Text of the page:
Phytostabilization of metals in mine soils using Brassica juncea in combination with organic amendments


Background and aims

The high metal bioavailability and the poor conditions of mine soils yield a low plant biomass, limiting the application of phytoremediation techniques. A greenhouse experiment was performed to evaluate the effects of organic amendments on metal stabilization and the potential of Brassica juncea L. for phytostabilization in mine soils.


Plants were grown in pots filled with soils collected from two mine sites located in Central Spain mixed with 0, 30 and 60 t ha−1 of pine bark compost and horse- and sheep-manure compost. Plant biomass and metal concentrations in roots and shoots were measured. Metal bioavailability was assessed using a rhizosphere-based method (rhizo), which consists of a mixture of low-molecular-weight organic acids to simulate root exudates.


Manure reduced metal concentrations in shoots (10–50 % reduction of Cu and 40–80 % of Zn in comparison with non-amended soils), bioconcentration factor (10–50 % of Cu and 40–80 % of Zn) and metal bioavailability in soil (40–50 % of Cu and 10–30 % of Zn) due to the high pH and the contribution of organic matter. Manure improved soil fertility and was also able to increase plant biomass (5–20 times in shoots and 3–30 times in roots), which resulted in a greater amount of metals removed from soil and accumulated in roots (increase of 2–7 times of Cu and Zn). Plants grown in pine bark treatments and in non-amended soils showed a limited biomass and high metal concentrations in shoots.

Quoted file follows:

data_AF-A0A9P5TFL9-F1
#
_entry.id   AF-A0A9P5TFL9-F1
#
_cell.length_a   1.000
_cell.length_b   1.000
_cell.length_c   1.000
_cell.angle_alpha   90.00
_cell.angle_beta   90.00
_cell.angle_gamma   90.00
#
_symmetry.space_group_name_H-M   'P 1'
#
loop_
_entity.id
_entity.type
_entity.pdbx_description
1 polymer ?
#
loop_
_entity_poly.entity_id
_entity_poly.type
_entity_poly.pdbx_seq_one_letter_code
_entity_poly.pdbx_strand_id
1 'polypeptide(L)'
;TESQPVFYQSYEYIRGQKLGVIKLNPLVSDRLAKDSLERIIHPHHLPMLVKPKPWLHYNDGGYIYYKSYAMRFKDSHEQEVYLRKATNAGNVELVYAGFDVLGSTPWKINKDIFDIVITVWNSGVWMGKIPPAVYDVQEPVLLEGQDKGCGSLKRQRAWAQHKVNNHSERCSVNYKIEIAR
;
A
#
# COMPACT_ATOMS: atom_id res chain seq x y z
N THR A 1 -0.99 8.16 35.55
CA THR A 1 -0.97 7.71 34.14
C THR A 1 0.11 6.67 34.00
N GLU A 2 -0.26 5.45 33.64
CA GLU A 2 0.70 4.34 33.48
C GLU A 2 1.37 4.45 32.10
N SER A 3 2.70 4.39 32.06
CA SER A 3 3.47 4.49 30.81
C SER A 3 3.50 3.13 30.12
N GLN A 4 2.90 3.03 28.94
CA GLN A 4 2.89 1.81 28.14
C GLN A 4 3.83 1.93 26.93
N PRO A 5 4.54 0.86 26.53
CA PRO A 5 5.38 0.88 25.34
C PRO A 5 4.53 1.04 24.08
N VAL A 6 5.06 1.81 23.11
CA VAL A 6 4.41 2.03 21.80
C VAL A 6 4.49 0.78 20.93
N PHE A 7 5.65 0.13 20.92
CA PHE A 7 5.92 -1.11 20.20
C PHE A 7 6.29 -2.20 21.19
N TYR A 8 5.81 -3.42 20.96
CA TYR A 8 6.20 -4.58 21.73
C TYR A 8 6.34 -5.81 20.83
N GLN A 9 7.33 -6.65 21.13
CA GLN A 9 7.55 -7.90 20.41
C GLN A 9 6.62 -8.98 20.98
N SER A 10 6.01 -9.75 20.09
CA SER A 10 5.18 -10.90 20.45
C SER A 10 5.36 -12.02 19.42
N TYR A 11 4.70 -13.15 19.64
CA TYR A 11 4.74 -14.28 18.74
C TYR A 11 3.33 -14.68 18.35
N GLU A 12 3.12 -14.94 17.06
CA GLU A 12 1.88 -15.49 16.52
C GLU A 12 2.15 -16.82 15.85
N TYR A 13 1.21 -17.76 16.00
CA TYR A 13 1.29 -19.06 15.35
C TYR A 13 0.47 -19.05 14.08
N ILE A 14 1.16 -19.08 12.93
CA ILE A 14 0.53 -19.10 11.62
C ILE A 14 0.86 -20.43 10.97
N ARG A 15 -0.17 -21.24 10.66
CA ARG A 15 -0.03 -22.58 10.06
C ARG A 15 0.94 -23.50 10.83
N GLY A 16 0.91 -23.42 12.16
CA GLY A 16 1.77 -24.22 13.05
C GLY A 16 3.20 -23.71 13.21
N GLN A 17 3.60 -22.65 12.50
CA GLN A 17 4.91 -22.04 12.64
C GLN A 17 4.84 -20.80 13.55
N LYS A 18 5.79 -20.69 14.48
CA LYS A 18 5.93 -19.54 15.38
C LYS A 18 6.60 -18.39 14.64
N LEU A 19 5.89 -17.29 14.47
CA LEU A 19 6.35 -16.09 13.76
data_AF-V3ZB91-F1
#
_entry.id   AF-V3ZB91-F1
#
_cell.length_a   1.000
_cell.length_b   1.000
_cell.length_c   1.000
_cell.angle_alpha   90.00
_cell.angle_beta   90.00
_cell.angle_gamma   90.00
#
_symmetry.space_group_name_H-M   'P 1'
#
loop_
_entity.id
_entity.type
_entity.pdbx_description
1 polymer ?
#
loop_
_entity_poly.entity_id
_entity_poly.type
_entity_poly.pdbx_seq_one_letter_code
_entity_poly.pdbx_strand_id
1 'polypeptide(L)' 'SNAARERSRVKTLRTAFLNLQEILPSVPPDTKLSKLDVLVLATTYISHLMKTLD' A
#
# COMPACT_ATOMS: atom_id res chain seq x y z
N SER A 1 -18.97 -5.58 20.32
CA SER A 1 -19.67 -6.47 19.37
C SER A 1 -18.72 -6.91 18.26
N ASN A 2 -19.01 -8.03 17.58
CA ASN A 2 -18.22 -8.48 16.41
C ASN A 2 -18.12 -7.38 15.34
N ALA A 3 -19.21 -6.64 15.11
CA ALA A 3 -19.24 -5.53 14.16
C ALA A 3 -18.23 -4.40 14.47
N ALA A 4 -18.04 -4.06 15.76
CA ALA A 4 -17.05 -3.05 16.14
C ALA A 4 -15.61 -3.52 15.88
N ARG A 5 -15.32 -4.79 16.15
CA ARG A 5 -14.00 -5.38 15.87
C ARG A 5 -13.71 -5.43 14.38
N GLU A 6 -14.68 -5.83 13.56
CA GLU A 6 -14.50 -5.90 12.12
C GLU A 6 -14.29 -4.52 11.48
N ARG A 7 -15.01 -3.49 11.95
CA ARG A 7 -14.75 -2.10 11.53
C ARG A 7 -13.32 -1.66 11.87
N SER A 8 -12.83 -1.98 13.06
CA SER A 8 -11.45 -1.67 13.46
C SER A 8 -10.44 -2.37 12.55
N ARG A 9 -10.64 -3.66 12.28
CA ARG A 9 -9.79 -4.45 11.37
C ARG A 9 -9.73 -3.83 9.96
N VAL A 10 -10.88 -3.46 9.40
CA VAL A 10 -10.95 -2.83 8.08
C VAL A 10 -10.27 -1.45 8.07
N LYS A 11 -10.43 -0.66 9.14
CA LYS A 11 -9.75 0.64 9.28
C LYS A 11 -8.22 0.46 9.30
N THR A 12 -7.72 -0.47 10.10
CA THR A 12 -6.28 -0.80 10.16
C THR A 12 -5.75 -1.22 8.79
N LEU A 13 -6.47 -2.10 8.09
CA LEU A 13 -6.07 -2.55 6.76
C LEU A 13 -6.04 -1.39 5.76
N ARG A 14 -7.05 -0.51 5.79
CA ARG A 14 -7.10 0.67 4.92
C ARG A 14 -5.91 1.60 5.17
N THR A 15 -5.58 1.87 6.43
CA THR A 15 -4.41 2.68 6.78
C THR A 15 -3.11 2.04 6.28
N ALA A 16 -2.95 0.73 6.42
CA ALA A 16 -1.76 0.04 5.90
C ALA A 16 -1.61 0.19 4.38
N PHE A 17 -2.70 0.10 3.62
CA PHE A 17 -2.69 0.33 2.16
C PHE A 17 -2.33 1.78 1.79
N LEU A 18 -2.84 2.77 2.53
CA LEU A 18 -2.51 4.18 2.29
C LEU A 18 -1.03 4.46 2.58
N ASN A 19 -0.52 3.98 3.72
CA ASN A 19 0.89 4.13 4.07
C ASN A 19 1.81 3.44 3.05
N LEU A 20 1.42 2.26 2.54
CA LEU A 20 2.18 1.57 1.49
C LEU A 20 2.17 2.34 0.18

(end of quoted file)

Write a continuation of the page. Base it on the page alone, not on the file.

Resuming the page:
The addition of manure could be effective for the stabilization of metals and for enhancing the phytostabilization ability of B. juncea in mine soils. In this study, this species resulted to be a potential candidate for phytostabilization in combination with manure, differing from previous results, in which B. juncea had been recognized as a phytoextraction plant.

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Fig. 1
Fig. 2
Fig. 3



Atomic absorption spectrophotometry


Bioconcentration factor


Soil of El Cuadron


Non-amended El Cuadron soil


El Cuadron soil mixed with 30 t ha−1 of manure


El Cuadron soil mixed with 60 t ha−1 of manure


El Cuadron soil mixed with 30 t ha−1 of pine bark


El Cuadron soil mixed with 60 t ha−1 of pine bark


Diethylenetriaminepentaacetic acid


Ethylenediaminetetraacetic acid


Soil of Garganta


Non-amended Garganta soil


Garganta soil mixed with 30 t ha−1 of manure


Garganta soil mixed with 60 t ha−1 of manure


Garganta soil mixed with 30 t ha−1 of pine bark


Garganta soil mixed with 60 t ha−1 of pine bark


Horse- and sheep-manure


Oxidizable organic carbon


Pine bark

Rhizo :

Rhizosphere-based method


Translocation factor


Total organic carbon


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The authors are grateful to the germplasm bank collection of E.T.S.I. Agrónomos, Madrid (Spain), for supplying B. juncea seeds. This work was financed by the Spanish Ministry of Science and Innovation (project CTM2009-13140-C02-01).

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Correspondence to Javier Pérez-Esteban.

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Responsible Editor: Alexia Stokes.

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Pérez-Esteban, J., Escolástico, C., Moliner, A. et al. Phytostabilization of metals in mine soils using Brassica juncea in combination with organic amendments. Plant Soil 377, 97–109 (2014).

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  • Brassica juncea
  • Horse and sheep manure
  • Mine soil
  • Phytostabilization
  • Pine bark
  • Rhizo